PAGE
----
what’s new

Safety fuses for compressed air applications Protect-Air HoseGuard safety fuses offer simple and efficient protection to pneumatic systems in the event of a broken compressed

Benchtop centrifuges

air hose or pipe. They immediately shut

The Gyrozen 1580 Series multipurpose, large-capacity centrifuges are

off the air supply should the volume of air

designed for flexible and large-volume working laboratories. Available in

exceed a set value.

refrigerated and non-refrigerated models with a maximum speed of 15,000

If the air consumption exceeds the set

rpm and capacity of 4 x 750 mL, and complemented by a large assortment

value - such as when a compressed air line

of fixed-angle and swing-out rotors/buckets/adaptors and carriers, the series

is severed - an internal piston instantly shuts

will perform numerous centrifugation techniques.

off the main flow. An integral bleed hole al-

The refrigerated 1580R features Fast Cooling technology and is capable

lows some air to flow through. This enables

of reaching 4°C in 5 min for fast processing of temperature-sensitive sam-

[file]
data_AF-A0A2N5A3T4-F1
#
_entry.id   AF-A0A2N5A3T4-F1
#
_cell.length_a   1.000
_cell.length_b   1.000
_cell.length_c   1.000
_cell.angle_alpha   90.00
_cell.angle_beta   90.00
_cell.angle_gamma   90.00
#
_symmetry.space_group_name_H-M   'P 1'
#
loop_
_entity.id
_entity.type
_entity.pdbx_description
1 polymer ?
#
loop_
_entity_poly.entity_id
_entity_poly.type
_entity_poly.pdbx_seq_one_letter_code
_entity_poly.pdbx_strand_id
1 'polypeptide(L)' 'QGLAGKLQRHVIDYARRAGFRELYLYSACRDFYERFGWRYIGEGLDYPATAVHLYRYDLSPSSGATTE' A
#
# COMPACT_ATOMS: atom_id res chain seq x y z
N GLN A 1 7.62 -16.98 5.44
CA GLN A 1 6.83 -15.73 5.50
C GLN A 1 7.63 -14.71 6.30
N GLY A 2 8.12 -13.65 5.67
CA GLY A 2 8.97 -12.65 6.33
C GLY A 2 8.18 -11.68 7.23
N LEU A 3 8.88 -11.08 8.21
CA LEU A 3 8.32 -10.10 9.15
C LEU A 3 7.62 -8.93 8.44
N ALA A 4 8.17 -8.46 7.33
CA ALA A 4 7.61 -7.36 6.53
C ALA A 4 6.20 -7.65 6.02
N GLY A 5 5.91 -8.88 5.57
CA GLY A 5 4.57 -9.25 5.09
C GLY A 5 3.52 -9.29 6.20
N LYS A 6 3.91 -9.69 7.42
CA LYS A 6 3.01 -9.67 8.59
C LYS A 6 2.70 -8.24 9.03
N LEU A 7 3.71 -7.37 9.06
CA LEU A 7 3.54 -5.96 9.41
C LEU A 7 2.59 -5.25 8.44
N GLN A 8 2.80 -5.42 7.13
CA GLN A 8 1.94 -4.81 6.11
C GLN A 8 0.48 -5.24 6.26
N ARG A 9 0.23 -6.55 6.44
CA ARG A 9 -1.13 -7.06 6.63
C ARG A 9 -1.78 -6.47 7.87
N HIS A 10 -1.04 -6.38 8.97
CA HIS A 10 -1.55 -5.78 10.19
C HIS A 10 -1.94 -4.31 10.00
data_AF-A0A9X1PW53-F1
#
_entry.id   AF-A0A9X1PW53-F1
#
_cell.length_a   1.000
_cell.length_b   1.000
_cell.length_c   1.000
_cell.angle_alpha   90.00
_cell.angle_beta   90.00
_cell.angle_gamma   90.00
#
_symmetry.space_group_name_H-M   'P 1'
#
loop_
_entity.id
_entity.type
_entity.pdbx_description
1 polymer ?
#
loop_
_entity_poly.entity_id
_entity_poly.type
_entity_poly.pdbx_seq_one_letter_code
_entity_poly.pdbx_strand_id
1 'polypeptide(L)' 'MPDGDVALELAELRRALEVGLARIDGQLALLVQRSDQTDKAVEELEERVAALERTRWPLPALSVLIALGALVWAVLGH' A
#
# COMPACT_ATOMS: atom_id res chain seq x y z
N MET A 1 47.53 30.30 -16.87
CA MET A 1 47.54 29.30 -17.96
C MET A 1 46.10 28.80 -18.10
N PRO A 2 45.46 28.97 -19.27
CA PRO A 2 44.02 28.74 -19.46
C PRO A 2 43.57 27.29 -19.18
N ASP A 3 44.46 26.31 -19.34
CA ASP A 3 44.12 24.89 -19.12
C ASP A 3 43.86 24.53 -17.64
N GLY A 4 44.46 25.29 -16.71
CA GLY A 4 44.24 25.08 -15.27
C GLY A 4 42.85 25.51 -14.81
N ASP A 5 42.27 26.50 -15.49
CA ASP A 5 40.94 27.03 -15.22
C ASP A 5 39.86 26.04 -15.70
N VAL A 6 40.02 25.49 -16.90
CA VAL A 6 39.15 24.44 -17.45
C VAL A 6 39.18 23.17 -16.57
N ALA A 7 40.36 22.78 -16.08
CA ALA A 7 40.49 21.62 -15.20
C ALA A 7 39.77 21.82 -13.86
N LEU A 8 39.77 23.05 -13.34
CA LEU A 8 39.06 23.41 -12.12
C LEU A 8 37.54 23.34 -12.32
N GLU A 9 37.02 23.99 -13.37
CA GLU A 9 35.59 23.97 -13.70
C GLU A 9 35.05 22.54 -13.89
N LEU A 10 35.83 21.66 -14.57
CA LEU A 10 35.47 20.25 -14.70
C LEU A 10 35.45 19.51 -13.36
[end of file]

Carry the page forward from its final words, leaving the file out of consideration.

the line pressure to automatically reset the

ples. The model also has the compressor-off function when the lid is open,

fuse once the main break is repaired.

minimising unnecessary cooling and frosting.

The safety fuses are available in aluminium

With an intuitive control interface, the numeric input buttons allow easy

and, on special order, 316L stainless steel.

setting and editing of running conditions. The selectable time mode of ‘At

They are suitable for any application where

Set Speed’ activates the running time only when the set speed is reached.

compressed air is used, including manufac-

There is a separate ‘Pulse’ key for quick spins. Flexibility enables the user

turing facilities, mining, the chemical and

to change parameters during a run or select a program from the 100-pro-

pharmaceutical industries, machinery hire,

gram memory. For program parameter security, select the key lock function.

fuel station air hoses, trade show venues, automotive workshops and cleanrooms. The safety fuses meet OSHA and MSHA requirements and are CE compliant to help